In an end run around the U.S. Congress, which had stalled his effort for more than a year, President George W. Bush issued an executive order on December 12 streamlining the federal government’s efforts to funnel money into religiously based groups that provide social services. The president’s order, announced at a meeting of such organizations held in Philadelphia, avoided the most controversial aspect of the effort previously introduced in Congress––specific authorization for the federal government to override some state and local nondiscrimination laws, including those protecting sexual orientation, in disbursing money. At the same time, however, Bush’s order directly overturns a federal policy in place since 1941 by allowing religious groups that receive government money to nonetheless apply religious criteria in their hiring practices.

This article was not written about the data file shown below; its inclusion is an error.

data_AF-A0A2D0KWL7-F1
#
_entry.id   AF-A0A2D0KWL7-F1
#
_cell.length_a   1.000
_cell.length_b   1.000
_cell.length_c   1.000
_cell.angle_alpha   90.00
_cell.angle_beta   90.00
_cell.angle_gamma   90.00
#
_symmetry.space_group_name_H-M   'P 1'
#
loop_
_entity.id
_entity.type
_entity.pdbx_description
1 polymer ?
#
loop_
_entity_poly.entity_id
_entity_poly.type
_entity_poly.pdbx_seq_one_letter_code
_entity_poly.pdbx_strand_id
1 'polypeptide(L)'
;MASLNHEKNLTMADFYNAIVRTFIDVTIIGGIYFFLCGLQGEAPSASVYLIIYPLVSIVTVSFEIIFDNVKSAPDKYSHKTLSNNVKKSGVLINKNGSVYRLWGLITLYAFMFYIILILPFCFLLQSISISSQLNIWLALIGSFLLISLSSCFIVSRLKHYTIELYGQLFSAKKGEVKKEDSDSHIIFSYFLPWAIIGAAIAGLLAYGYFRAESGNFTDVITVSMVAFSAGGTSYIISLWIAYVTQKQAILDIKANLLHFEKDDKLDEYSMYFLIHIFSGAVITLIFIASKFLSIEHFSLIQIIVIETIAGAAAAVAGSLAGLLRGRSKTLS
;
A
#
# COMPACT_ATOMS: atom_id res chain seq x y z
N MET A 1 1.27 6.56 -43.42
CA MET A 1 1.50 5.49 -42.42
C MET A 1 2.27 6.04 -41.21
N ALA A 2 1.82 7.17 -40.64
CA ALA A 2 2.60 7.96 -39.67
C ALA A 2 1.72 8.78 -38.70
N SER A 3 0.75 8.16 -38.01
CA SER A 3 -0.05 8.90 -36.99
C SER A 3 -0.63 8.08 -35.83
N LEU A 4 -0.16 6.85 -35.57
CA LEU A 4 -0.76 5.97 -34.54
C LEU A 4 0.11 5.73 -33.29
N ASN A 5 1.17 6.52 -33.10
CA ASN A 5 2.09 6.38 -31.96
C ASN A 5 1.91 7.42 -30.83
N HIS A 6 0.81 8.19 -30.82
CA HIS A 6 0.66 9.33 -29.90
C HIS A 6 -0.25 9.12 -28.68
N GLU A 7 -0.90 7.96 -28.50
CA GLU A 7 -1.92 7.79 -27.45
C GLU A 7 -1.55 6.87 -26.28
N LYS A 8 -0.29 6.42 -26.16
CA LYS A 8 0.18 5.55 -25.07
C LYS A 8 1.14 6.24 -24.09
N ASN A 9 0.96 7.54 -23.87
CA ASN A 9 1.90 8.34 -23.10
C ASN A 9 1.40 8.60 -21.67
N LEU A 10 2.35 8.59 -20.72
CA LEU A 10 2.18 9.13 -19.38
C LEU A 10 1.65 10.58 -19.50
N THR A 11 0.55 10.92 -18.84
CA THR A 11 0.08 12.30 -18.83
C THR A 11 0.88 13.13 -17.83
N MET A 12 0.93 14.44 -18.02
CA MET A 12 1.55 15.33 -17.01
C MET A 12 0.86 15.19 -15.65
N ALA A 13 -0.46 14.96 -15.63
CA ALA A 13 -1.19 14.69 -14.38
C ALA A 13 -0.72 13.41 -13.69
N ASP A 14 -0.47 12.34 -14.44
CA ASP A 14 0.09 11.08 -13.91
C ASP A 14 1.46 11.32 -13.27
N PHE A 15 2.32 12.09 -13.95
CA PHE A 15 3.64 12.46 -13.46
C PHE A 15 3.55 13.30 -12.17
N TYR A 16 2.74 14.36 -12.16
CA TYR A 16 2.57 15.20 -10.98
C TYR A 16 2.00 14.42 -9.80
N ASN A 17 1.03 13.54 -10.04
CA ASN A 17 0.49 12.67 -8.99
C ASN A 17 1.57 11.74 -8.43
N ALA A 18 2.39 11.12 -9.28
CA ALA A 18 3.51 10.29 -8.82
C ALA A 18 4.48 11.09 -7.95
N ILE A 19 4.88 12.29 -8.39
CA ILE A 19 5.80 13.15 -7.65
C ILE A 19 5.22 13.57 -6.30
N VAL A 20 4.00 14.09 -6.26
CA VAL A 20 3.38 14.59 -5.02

That step unsurprisingly brought criticism from civil liberties groups and other progressive advocates, and also raised concerns among LGBT groups that religious considerations could be used as a smokescreen to discriminate against people based on their sexual orientation. Despite the concerns that the president’s new guidelines could be used against the community, the response of leading advocacy groups differed in tone. “The President intends to help out faith groups by giving them federal funds to pay for [an] ‘age-old’ habit––anti-gay bigotry dressed up as religion,” according to Michael Adams, an attorney who is director of education and public affairs for the Lambda Legal Defense and Education Fund. “Unfortunately, gays and lesbians are among the chief targets of publicly-funded religious groups that use their beliefs to justify employment discrimination.” In contrast, the Human Rights Campaign (HRC) chose to opens its statement about the Bush announcement by crediting the president with dropping the earlier proposal that would have allowed religious groups funded by the federal government to ignore state and local nondiscrimination laws. “We are pleased that the administration has proactively acknowledged that religious organizations receiving federal funds must comply with state and local civil rights laws,” said HRC Political Director Winnie Stachelberg. “We hope that the administration’s position in these areas will be reflected in any future legislative efforts to expand charitable choice programs.” HRC also noted that the executive order acknowledges that any federal beneficiary is barred from discriminating in the provision of services. Christopher Labonte, who does policy advocacy for HRC on Capitol Hill, said the decision by Bush to amend his earlier effort to exempt religious groups from state and local laws reflected the success of advocates working with the administration. Both HRC and Lambda, however, noted that most state and city sexual orientation laws currently exempt religious organizations from their employment provisions. HRC, in its advocacy on both the local and federal level, including the proposed Employment Non Discrimination Act, does not oppose employment requirement carve-outs for religious groups as long as they are not receiving federal funds. “We remain concerned, however, with the administration’s position that religious organizations receiving federal funding can discriminate on the basis of religion in hiring and employment practices,” said Stachelberg, noting that the U.S. Supreme Court has never ruled on the issue. Like Lambda, the American Civil Liberties Union (ACLU) was uncompromising in its criticism of the Bush order, saying that “the result of the move will be blatant discrimination.” A press release from the ACLU cited a Lambda lawsuit that is challenging the United Methodist Children’s Home, a Georgia agency that gets 40 percent of its budget from tax dollars, but refused to hire someone Lambda terms a “highly qualified counselor,” Alan Yorker, because he is Jewish and which promptly fired Aimee Bellmore (“a highly regarded youth counselor”) when it learned she is a lesbian. In Bellmore’s case, the Home argued that her sexual orientation conflicted with its religious beliefs and teachings. Lambda and the ACLU recently teamed up in a challenge to the Kentucky Baptist Homes for Children, an agency that serves “at risk” youth and gets two thirds of its funding from the state, for firing Alicia Pedreira, a youth counselor the groups say had “an outstanding job record,” because she is lesbian. The ACLU charged that Bush’s decision to move forward with an executive order, even as he has regained political control of Congress, “is further evidence of the complete lack of popular support for the plan.” After Bush first announced his faith-based plan in the summer of 2001, with its override of state and local nondiscrimination laws, he quickly won approval in the Republican House by a vote of 233 to 198. The measure was bogged down for most of the time since, however, by Democratic control of the Senate.